If foundational addition is deleted other addition can not stand – ITAT

If foundational addition is deleted other addition can not stand. CIT(A) cannot do what AO could not have done in original assessment-ITAT

foundational addition

ABCAUS Case Law Citation:
ABCAUS 1291 (2017) (07) ITAT

Assessment Year : 2006-07

Important Case Laws Cited/relied upon:
CIT vs. Kanpur Coal Syndicate (1964) 53 ITR 225 (SC)
Jute Corporation of India vs. CIT and Anr. (1991) 187 ITR 688 (SC)
Ranbaxy Laboratories Ltd. VS. CIT (2011) 336 ITR 136 (Del)
CIT vs. Jet Airways (I) Ltd. (2011) 331 ITR 236 (Bom)
CIT vs. Shriram Singh (2008) 306 ITR 343 (Raj)
CIT vs. Adhunik Niryat Ispat Ltd. (2011) 63 DTR 212 (Del)

Brief Facts of the Case:
The scrutiny proceedings of the appellant assessee for the relevant assessment year had been completed and an assessment order u/s 143(3) was passed. However, while finalizing the assessment for the immediately succeeding assessment year, i.e., 2007-08, the Assessing Officer (‘AO’) observed that the figure of opening stock as on 01.04.2006 was not tallying with the inventory as on 31.03.2006. The assessee had shown an opening stock amounting to Rs.22,57,055/- on 01.04.2006 which, in the opinion of the Assessing Officer, should have been shown as closing stock as on 31.03.2006.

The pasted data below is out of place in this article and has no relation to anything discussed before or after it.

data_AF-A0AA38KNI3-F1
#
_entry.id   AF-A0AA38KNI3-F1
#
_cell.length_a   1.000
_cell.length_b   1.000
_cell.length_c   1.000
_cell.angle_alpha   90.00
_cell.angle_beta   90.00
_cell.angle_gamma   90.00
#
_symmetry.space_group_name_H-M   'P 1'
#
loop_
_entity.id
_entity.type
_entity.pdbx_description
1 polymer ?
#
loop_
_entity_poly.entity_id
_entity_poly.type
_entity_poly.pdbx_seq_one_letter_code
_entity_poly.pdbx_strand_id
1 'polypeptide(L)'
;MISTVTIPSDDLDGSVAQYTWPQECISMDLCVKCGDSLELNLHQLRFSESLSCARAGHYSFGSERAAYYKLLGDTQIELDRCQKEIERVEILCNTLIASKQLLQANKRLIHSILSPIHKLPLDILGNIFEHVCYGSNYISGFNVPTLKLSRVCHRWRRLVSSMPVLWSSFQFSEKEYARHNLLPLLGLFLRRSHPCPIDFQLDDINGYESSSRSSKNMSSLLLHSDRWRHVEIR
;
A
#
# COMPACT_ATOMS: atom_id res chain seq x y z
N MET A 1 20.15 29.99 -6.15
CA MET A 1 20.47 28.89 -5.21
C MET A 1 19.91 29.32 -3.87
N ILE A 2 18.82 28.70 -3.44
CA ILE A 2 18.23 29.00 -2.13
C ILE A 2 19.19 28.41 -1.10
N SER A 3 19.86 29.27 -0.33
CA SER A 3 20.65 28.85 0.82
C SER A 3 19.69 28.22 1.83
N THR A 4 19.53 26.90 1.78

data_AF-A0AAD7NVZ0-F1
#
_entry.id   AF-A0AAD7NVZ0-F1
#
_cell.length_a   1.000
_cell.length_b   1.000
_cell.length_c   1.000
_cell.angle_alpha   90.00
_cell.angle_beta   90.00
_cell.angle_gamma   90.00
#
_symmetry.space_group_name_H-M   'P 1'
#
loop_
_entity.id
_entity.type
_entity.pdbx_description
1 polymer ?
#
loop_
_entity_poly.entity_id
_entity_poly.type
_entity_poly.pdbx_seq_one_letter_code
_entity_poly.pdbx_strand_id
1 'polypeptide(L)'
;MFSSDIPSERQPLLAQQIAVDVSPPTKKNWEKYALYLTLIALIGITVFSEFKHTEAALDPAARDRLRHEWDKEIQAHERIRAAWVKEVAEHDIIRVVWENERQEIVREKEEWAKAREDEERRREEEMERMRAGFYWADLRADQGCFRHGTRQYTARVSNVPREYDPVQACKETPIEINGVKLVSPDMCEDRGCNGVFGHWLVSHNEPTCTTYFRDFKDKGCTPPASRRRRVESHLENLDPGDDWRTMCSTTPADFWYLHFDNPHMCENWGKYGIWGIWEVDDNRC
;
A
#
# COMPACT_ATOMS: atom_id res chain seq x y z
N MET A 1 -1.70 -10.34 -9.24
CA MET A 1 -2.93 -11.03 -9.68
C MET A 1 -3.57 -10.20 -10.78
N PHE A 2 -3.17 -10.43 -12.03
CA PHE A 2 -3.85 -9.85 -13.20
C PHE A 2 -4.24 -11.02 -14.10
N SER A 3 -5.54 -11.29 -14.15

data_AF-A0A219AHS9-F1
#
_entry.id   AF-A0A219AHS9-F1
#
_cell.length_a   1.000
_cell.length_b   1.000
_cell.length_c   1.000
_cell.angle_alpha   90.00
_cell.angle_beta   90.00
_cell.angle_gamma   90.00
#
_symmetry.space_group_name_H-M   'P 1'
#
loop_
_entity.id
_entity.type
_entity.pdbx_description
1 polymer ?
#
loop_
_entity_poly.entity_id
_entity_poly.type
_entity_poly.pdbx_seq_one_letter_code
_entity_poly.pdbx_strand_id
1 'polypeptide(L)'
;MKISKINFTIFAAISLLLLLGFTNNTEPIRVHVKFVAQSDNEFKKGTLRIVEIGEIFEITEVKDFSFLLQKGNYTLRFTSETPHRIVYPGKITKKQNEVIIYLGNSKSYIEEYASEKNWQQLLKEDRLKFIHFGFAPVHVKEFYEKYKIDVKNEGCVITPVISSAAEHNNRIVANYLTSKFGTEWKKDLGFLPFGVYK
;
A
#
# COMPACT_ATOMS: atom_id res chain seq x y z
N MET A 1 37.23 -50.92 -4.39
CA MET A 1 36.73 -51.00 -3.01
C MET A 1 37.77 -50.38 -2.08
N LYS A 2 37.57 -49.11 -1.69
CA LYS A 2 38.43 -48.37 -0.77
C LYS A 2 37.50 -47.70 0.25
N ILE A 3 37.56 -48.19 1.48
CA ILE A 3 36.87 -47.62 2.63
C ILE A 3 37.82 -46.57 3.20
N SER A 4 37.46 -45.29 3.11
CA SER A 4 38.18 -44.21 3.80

The AO Initiated the reassessment proceedings u/s 148 and held that the assessee had understated its closing stock to the tune of Rs.22.57 lac for the relevant AY. AO therefore, made an addition of Rs.22.57 lac in the instant assessment. The CIT(A) deleted the addition of Rs.22.57 lac by noticing that the Tribunal in the assessee’s own case for the assessment years 2006-07 and 2007-08 and held that there was no discrepancy in the quantitative details in respect of the items and there was no excess stock. CIT(A), however, issued notice of enhancement on the ground that there were some discrepancies in the quantitative details filed by the assessee. Such discrepancies were translated into an addition of Rs. 2,36,875/- after adding the necessary mark-up.

The assessee was aggrieved against such enhancement of . 2,36,875/ made by the  CIT(A).

Observations made by the Tribunal:
It was observed that the Assessing Officer initiated reassessment proceedings only on the premise that income of the assessee escaped assessment to the tune of Rs. 22.57 lac, being, the difference in the opening stock of succeeding year and closing stock of the current year. This was the sole reason and the only addition made in the assessment. However, the addition of Rs. 22.57 was deleted by the CIT(A) and admittedly no appeal had been preferred before the tribunal against such deletion. In other words, the deletion of the addition in the first appeal had attained finality